in any case, yes, Kerry is an assclown, and so is Bush, and it doesn't really matter which of them wins, because nothing meaningful hinges on it at all - they'll do the same damned things. They are, after all, the two big party contenders in a presidential race - what else did you expect?
What are you going to be doing on Election Day?


you know, jake.. i've noticed that, since the tacos started coming, the mail doesn't so much come as often, or even at all
[ Parent ]
Heard this before... (none / 0) (#146)
by Okatu Nineteen on Wed Aug 04, 2004 at 09:23:25 PM EST

To me, this is just a veiled comparison of the Bush administration/Iraq War, with the Johnson administration/Vietnam war. I say veiled because you mention events of corruption, and venture into the Nixon era of politics. We all heard these comparisons before from media drones before the "monumental" handover of power in Iraq. However, you were brief and direct. As an opinionated summary, this was a good article.

Bush - Nixon Comparison (none / 1) (#184)
by NateTG on Fri Aug 06, 2004 at 01:57:38 PM EST

Woodward, who ought to know, indicated that the Bush administration is more secretive than the Nixon administration was.  This could very easily be an administration that turns out to have even more skeletons in the closet than we know about.

I don't know much about the accumulation of power in the office of the president (which Nixon was big on) but there has certainly been an unusually overt, and possibly unusually strong, tendency for the federal government to co-opt state jurisdiction during this administration.


[ Parent ]

Jesus Christ, son, I was there (2.22 / 9) (#147)
by mcgrew on Wed Aug 04, 2004 at 10:04:33 PM EST

"He won with support from the anti-war crowd"

Bullshit. The anti-war crowd stayed home on election day 1968. The ones that weren't were in jail.

I was in high school.

"who wanted anyone but Humphrey"

WTF??? Humphrey wasn't President, only vice. Nobody gave a shit about Humphrey. People voted for Nixon because he was a Republican.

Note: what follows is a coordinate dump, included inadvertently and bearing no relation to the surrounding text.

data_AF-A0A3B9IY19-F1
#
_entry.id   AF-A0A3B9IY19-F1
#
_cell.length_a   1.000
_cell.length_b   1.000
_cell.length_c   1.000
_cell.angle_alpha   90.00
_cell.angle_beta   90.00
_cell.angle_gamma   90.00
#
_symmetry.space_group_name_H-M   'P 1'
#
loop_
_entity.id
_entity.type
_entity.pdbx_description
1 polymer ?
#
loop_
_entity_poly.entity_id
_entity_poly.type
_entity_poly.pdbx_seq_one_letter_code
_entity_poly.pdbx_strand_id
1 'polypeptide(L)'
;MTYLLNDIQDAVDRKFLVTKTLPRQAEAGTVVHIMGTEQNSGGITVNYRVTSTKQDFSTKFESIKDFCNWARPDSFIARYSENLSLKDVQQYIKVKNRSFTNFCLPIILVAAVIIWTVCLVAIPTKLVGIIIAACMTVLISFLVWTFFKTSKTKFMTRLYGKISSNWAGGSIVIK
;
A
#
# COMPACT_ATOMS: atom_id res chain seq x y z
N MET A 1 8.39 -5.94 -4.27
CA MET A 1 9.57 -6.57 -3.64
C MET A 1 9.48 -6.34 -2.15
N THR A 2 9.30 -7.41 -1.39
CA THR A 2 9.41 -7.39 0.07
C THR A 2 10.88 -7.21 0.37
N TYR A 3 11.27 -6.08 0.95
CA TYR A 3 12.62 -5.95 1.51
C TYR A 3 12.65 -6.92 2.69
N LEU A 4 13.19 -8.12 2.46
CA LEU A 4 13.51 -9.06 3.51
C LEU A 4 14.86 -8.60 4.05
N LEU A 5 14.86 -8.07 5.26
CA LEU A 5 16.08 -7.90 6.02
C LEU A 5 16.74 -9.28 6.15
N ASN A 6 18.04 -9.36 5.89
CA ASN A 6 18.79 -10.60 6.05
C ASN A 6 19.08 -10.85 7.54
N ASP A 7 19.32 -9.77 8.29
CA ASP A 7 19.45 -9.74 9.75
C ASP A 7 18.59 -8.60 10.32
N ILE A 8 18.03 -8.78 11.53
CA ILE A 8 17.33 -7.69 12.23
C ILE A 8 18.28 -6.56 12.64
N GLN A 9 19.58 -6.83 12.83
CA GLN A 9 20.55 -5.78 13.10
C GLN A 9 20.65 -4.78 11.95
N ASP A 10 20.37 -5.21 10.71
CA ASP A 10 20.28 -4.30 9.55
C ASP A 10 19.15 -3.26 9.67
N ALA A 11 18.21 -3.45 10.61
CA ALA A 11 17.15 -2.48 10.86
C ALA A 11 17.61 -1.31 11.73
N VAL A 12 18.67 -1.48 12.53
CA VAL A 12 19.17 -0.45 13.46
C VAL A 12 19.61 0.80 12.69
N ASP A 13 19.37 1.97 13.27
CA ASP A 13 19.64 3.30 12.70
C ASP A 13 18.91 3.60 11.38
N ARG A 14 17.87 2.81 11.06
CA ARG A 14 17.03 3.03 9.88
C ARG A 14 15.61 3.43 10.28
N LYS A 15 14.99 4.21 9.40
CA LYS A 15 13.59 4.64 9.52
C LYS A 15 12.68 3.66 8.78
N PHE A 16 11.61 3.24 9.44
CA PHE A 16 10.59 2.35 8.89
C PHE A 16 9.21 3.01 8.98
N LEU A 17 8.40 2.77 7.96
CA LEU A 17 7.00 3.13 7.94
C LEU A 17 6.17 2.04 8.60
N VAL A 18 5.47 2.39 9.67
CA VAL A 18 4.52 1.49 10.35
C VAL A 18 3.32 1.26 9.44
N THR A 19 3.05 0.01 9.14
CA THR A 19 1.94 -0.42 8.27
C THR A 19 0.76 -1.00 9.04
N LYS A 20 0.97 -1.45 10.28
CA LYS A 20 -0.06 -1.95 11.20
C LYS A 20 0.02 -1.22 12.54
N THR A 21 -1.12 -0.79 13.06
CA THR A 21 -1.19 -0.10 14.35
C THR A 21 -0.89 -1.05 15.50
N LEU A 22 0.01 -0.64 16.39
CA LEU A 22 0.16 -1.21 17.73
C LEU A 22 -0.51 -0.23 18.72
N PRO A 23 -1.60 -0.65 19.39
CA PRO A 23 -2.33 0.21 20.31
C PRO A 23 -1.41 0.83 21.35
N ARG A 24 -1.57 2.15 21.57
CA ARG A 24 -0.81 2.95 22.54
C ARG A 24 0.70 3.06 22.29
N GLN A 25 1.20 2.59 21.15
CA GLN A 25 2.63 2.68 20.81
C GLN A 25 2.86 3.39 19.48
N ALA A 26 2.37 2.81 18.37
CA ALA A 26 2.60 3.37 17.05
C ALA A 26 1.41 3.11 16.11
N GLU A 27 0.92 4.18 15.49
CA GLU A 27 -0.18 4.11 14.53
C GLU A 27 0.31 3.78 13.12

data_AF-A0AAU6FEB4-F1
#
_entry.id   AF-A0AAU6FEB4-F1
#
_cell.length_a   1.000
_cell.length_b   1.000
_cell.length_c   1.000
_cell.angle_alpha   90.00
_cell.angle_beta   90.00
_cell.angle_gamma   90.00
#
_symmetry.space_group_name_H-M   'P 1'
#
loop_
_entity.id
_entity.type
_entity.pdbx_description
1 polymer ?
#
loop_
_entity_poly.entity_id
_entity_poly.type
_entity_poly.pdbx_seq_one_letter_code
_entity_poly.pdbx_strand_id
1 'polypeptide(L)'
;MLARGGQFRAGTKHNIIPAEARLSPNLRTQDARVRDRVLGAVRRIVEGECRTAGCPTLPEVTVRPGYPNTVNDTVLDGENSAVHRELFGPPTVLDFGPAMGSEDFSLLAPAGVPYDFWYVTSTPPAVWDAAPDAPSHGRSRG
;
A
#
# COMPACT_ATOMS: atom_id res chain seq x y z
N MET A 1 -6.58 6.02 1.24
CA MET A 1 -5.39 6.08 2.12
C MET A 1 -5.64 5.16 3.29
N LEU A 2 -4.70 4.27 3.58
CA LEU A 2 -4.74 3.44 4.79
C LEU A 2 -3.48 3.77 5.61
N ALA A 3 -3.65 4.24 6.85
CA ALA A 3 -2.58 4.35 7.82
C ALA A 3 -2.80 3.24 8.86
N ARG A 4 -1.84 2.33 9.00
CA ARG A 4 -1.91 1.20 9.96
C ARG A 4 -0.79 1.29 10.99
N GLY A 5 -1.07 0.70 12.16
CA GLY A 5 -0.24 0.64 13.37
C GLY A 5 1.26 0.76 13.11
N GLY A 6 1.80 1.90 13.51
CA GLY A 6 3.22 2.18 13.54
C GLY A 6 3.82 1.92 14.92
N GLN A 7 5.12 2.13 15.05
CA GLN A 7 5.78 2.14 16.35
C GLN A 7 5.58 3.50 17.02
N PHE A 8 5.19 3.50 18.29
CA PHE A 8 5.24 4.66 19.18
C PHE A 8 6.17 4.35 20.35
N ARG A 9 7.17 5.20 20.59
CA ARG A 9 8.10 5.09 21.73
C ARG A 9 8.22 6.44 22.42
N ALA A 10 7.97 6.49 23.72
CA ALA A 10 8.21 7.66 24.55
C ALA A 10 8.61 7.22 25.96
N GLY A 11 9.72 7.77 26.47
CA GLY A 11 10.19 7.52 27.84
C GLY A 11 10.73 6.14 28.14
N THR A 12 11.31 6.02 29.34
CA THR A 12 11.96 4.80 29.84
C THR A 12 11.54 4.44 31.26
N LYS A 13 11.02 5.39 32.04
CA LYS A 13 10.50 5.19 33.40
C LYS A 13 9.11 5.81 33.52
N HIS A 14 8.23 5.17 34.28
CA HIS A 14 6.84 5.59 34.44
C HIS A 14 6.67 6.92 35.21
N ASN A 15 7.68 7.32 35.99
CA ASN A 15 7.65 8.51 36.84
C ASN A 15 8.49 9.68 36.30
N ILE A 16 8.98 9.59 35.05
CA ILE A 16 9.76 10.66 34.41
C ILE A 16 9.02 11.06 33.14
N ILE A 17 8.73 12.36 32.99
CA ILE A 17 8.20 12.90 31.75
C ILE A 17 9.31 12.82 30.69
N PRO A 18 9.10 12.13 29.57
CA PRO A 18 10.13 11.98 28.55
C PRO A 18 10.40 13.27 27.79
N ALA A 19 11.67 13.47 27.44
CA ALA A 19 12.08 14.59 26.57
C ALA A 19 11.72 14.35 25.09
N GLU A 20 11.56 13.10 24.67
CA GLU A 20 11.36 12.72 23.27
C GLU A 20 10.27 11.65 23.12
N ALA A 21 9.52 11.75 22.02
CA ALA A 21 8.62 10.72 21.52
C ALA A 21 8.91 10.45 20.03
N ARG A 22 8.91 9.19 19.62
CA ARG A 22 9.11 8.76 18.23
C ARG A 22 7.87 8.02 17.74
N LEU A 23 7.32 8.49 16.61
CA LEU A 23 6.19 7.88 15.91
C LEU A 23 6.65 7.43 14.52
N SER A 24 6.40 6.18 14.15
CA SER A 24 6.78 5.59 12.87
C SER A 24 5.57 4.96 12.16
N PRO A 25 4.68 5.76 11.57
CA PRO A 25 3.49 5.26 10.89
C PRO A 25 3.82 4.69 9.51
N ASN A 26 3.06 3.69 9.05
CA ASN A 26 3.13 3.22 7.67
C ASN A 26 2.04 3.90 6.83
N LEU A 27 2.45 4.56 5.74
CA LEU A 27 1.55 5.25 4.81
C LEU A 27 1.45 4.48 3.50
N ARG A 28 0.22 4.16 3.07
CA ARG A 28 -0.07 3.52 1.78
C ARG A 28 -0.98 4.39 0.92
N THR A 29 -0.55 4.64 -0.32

At the time, conventional wisdom was you could have war or recession. Vote Republicans and screw the economy, or vote Democrat and send your son to some Godforsaken jungle. At the time, we'd had Democrat prosperity for close to a decade and had forgotten whet it was like to be laid off, and grisley pictures from Vietnam came to our TVs nightly.

" The Camelot dynasty, born under the cloud of vote fraud* in 1960, was foundering."

The "Camelot dynasty" died in Texas in 1963 when his head was blown off by a high powered rifle. The "Camelot dynasty" was Kennedy and his wife, you stupid halfwit

"Nixon was anything but an anti-war President."

Nobody ever believed he was, except maybe you.

"The '68 rhetoric sounds a lot like what we are hearing today."

It sounded nothing like today. Humphrey was the dove, Nixon the hawk who was going in like any good Republican and kick ass like those wimpy Democrats never could. Never mind WWII or Hiroshima/Nagasaki

"Check out how often "anarchist" is used in the press as a scare word, with "internet-using" stuck in front of it like a cheap cigar."

Ok, I'll give you that one. But otherwise your story is pure bullshit, fantasy. Even the vote fraud- of course there was vote fraud. There is every election, no matter who runs or wins.

"The entire neocon movement is dedicated to revoking mcgrew's posting priviliges. This is why we went to war with Iraq." -LilDebbie

Stop. What's That Sound? | 190 comments (142 topical, 48 editorial, 0 hidden)
Display: Sort:

kuro5hin.org

[XML]
All trademarks and copyrights on this page are owned by their respective companies. The Rest © 2000 - Present Kuro5hin.org Inc.
See our legalese page for copyright policies. Please also read our Privacy Policy.
Kuro5hin.org is powered by Free Software, including Apache, Perl, and Linux, The Scoop Engine that runs this site is freely available, under the terms of the GPL.
Need some help? Email help@kuro5hin.org.
My heart's the long stairs.

Powered by Scoop create account | help/FAQ | mission | links | search | IRC | YOU choose the stories!